Boeing hovercraft concept

Triton

Donald McKelvy
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Photo negative of artist's impression of Boeing hovercraft concept found for sale on eBay.

Description:
This auction is for an official, large, Boeing Kodak Safety photo negative, concept slide. The artist's signature Gene Ericksen is in the negative. It measures 10" X 8". This is one of many color negatives and other items from the estate of a Boeing engineer I will be listing in the coming days. Many are labeled as having been used in various "presentations to the Board of Directors" from the late 60's to early 70's and are in cardboard frames, some are not. This one is loose and I am unaware of what the project name may have been. Undoubtedly a proposal by Boeing's Marine Division.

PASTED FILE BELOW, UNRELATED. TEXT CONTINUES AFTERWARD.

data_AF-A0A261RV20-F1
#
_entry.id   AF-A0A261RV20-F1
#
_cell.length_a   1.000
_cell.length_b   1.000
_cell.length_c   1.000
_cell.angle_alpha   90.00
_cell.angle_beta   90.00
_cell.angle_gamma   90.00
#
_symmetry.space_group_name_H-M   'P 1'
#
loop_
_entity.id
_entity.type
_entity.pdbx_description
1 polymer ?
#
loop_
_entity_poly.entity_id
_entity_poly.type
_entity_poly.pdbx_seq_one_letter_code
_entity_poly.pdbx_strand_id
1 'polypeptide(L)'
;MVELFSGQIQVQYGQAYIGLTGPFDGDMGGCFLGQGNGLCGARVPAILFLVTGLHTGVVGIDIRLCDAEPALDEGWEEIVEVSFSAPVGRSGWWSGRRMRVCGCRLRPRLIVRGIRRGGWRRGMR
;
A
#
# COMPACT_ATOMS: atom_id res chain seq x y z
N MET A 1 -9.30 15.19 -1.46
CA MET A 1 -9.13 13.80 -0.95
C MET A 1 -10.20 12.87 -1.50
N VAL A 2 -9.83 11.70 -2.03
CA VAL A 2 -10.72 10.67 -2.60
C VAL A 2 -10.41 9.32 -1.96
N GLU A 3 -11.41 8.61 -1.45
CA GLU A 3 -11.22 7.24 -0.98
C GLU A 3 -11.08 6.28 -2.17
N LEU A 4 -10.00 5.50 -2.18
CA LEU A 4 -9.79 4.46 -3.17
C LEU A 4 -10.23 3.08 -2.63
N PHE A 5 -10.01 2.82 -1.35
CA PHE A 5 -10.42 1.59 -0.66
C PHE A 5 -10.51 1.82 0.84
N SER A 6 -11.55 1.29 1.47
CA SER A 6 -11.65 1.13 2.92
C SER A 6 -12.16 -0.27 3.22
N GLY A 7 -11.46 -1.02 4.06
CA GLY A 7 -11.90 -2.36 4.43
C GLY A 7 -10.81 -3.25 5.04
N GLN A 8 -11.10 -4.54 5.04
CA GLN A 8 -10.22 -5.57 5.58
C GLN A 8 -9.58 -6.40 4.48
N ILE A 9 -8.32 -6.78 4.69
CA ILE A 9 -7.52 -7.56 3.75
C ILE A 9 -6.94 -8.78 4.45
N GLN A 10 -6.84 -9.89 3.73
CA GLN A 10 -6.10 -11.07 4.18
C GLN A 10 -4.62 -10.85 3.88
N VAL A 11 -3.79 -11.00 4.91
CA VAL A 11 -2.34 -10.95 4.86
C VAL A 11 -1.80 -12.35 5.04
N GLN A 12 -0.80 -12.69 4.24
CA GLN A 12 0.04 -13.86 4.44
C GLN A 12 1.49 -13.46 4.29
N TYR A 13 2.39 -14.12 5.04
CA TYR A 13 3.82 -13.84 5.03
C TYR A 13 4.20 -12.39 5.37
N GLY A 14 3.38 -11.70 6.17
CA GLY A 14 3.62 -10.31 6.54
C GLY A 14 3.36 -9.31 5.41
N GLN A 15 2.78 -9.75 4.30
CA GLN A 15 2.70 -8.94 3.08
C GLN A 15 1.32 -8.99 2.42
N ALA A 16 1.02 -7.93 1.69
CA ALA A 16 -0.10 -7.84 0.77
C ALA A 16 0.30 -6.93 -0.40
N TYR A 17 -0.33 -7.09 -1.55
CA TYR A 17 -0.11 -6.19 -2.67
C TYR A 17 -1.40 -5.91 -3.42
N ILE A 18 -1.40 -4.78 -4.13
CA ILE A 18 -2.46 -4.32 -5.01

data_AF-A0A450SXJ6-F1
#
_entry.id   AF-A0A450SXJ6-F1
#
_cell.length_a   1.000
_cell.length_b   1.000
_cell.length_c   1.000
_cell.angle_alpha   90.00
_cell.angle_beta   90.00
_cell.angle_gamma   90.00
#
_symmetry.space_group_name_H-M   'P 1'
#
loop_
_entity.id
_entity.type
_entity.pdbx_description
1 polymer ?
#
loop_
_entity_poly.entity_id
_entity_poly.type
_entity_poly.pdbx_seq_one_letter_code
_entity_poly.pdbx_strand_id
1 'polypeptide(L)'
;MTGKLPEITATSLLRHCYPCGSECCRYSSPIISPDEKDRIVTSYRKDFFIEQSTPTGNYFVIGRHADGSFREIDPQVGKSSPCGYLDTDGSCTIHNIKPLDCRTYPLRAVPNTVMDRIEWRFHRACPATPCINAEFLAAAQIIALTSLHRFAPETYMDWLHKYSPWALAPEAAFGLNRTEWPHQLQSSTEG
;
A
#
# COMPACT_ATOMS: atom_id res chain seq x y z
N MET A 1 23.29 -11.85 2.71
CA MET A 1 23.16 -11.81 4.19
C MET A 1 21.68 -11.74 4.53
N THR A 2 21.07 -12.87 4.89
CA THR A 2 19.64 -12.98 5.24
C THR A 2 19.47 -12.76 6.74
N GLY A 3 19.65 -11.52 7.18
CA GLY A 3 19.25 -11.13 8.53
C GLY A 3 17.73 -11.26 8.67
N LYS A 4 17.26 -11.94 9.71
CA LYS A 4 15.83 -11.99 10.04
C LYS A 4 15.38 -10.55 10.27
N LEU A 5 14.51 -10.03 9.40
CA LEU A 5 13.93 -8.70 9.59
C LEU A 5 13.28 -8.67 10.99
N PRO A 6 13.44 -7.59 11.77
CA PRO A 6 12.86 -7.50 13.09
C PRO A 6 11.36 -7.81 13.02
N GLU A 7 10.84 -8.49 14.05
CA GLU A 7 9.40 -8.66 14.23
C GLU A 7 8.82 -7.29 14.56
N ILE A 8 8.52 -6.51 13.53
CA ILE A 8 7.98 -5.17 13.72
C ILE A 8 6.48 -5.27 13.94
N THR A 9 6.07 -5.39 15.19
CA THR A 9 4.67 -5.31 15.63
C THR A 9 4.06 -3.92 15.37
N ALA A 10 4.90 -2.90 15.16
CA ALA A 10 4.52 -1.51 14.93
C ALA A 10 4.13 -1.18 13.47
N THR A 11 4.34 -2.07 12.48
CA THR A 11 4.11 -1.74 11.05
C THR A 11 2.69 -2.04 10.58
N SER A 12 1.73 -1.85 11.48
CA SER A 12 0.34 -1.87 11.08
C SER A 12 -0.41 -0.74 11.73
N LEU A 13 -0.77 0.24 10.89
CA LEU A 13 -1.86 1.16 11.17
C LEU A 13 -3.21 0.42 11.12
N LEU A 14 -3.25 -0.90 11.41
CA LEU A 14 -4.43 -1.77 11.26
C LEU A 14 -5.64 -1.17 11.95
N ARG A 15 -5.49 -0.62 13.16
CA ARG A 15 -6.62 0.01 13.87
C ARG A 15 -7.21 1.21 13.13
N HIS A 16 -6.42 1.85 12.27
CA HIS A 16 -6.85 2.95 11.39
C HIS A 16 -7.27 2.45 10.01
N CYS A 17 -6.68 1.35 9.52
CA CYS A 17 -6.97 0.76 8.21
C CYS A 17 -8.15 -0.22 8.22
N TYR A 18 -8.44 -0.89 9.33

URL: http://cgi.ebay.com/Original-Boeing-Photo-Negative-Of-Concept-Hovercraft-NR_W0QQitemZ330393560978QQcmdZViewItemQQptZLH_DefaultDomain_0?hash=item4cecfda792
 

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Just a guess but this ship has the look of a "stealth" design. As such, turbo props might not be desireable due to radar return issues: Exposed propeller blades generate substantial radar returns.

A case in point was the Tu-95 Bear: It's raw radar return was somewhat spectacular, to say the least. Civilian high bypass turbofan engines from the front also generate very bright radar returns for much the same reasons.

With the engines shown, at least this can be mitigated somewhat as exposure of the compressor stages at the front end of the engine can be reduced.

Anyways, that's my two cents worth. I'd be interested in what everyone else might think about this.

B)